Robo-Advisor vs. Financial Advisor vs. Self-Directed Investing: Which is Right for You?

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Investing and financial planning have changed dramatically over the past few decades. Advances in technology and user-friendly brokerages have made investing accessible to everyone, and costs have simultaneously dropped, opening even more doors.

The problem some investors now face is not affordability, but rather an overabundance of choice. In addition to traditional financial advisors, investors can now choose to hire “robo-advisors” and even manage their own portfolios. But what are the pros and cons of each type of investment style, and which one is right for you? Read on to find out how to make the best choice.

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Robo-advisor

A robo-advisor is an automated platform that uses an algorithm to make investment choices. The algorithm uses data provided by a user regarding variables such as investment objectives, risk tolerance, and investment time horizon. With little human interaction, robotic investing is both simple and affordable, with fees that can amount to around 0.25% of assets per year. even less.

The main advantage of robotic investing, in addition to its low cost, is that the process is so simple. Half the battle to be a successful investor is getting in and staying in the game, so a robo-advisor’s automated deposit and investing capabilities can be especially useful for new investors who know that they need to invest but want to take a hands-off approach. to the whole process.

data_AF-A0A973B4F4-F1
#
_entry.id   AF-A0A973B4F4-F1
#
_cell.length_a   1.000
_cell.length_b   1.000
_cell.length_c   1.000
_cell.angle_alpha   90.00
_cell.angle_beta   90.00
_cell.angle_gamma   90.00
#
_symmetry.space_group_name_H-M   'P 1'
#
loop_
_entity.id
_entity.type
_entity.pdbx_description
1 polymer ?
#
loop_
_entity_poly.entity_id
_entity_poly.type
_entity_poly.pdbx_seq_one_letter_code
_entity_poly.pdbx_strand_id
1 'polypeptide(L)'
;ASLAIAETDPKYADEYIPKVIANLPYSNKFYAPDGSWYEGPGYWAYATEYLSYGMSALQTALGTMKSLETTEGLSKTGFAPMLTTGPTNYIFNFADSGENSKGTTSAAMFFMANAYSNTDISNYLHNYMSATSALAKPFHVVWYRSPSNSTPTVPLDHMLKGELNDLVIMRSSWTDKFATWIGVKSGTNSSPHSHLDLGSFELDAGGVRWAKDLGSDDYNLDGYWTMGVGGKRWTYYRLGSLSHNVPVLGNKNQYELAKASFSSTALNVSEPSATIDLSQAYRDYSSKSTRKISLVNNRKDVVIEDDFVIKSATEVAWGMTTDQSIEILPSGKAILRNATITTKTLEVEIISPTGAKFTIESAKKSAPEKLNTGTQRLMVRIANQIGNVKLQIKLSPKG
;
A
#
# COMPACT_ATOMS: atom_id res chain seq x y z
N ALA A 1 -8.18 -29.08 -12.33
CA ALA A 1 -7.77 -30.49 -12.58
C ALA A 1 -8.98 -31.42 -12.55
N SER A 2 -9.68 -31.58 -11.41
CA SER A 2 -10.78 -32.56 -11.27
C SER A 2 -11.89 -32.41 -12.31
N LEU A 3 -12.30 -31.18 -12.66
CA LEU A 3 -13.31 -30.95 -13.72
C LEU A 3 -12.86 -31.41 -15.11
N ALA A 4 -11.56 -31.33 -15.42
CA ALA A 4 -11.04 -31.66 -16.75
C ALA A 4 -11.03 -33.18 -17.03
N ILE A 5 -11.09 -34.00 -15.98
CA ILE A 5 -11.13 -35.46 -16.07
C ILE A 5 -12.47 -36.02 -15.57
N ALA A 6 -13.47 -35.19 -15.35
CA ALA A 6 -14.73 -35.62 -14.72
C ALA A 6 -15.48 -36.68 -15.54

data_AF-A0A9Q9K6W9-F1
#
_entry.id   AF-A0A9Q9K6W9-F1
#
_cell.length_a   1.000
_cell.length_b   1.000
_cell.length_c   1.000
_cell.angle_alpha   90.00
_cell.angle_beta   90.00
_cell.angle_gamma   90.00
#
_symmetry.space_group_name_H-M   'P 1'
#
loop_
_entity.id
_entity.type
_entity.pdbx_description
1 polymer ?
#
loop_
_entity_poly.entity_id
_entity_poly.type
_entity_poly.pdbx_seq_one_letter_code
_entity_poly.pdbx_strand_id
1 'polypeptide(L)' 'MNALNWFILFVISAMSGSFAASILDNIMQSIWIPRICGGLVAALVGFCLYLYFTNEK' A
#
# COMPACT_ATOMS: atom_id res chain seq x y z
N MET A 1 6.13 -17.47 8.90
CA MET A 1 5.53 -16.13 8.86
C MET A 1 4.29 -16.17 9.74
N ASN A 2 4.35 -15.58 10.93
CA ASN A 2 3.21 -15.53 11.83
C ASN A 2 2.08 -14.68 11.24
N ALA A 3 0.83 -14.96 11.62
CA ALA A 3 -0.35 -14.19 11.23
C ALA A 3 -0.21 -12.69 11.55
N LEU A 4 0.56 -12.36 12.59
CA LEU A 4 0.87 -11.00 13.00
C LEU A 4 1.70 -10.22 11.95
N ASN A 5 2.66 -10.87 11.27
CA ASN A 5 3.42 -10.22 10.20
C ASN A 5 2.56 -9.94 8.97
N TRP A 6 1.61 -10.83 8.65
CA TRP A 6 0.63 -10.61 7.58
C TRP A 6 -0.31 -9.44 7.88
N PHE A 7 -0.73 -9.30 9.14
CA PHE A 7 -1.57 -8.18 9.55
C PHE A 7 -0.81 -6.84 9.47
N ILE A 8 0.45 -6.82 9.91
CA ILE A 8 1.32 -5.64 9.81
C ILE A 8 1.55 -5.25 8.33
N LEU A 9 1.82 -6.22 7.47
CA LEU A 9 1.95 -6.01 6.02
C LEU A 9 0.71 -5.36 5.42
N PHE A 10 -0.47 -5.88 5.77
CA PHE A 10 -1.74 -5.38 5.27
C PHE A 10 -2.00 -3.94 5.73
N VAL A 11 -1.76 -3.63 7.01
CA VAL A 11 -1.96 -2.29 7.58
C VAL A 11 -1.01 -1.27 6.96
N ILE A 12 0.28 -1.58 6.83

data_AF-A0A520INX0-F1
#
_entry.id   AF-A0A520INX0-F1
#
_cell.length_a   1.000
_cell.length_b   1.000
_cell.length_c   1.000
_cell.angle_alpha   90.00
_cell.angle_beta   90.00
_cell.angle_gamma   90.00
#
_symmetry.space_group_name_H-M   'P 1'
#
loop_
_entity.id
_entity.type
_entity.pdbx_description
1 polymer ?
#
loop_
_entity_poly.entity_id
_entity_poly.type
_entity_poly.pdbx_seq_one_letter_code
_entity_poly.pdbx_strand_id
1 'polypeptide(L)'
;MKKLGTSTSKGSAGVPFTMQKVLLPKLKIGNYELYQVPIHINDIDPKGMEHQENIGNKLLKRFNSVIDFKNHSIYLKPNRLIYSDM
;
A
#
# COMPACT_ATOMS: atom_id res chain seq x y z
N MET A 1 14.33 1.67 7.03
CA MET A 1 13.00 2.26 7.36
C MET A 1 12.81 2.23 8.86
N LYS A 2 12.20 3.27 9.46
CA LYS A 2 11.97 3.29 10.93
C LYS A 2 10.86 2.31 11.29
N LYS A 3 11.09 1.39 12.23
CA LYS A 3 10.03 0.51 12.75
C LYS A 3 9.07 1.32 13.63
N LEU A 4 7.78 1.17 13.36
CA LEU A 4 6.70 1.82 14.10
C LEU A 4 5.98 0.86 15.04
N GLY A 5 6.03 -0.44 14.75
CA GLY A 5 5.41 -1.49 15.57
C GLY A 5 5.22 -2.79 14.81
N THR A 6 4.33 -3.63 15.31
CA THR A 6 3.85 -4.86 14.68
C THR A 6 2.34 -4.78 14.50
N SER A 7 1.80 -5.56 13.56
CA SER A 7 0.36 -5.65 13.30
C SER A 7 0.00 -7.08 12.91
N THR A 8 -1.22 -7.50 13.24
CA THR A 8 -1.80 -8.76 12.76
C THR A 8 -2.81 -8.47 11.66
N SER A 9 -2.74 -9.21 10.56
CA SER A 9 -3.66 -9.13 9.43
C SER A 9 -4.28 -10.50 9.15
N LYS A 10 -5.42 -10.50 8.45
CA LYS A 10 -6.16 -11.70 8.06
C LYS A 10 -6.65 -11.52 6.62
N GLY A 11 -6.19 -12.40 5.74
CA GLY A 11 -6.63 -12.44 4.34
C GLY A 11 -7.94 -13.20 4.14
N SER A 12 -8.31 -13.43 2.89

Financial Advisor

If you find a good certified fiduciary financial advisor, you can be sure that you are dealing with an expert in their field. In addition to providing you with investment advice, a good financial advisor can help you with a myriad of personal financial needs, from estate planning and life insurance to tax avoidance and college savings. Of course, in exchange for this multitude of services, financial advisors charge fees. Some charge 1% or more of your assets as an annual fee, while others may charge additional commissions for investment products and/or fixed fees for various services.

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If you need more than a broker to manage your stock trades, a financial advisor may be a good investment. However, if you don’t yet need the extra services that make a financial advisor attractive, you might want to hold off on hiring one.

Self-directed investment

Self-directed investing is more accessible than ever. Financial information has never been easier to come by, thanks to the internet and the financial press, and a wide range of brokers, even big names like Merrill Lynch and Chase, offer $0 commissions on most trades on stocks and ETFs. If you’re willing to put in the time to do your own research and have the financial discipline not to get blown up by excessive trading, a self-directed investment account might be right for you.

The main caveat with self-directed investments is that $0 commissions often encourage excessive trading. Some investors feel they can enter and exit positions as quickly as they want simply because there are no commission fees, but the reality is that succeeding as a day trader is difficult at best. If you’re ready to invest for the long term and have the financial capacity and discipline to build a winning portfolio, a self-directed investment account might be the cheapest and most effective option for you. But if you don’t have a solid understanding of how financial markets work or the discipline to keep your trading under control, you’re probably better off using a robo-advisor or financial advisor.

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This article originally appeared on GOBankingRates.com: Robo-Advisor vs. Financial Advisor vs. Self-Directed Investing: What’s Right for You?

The views and opinions expressed herein are the views and opinions of the author and do not necessarily reflect those of Nasdaq, Inc.

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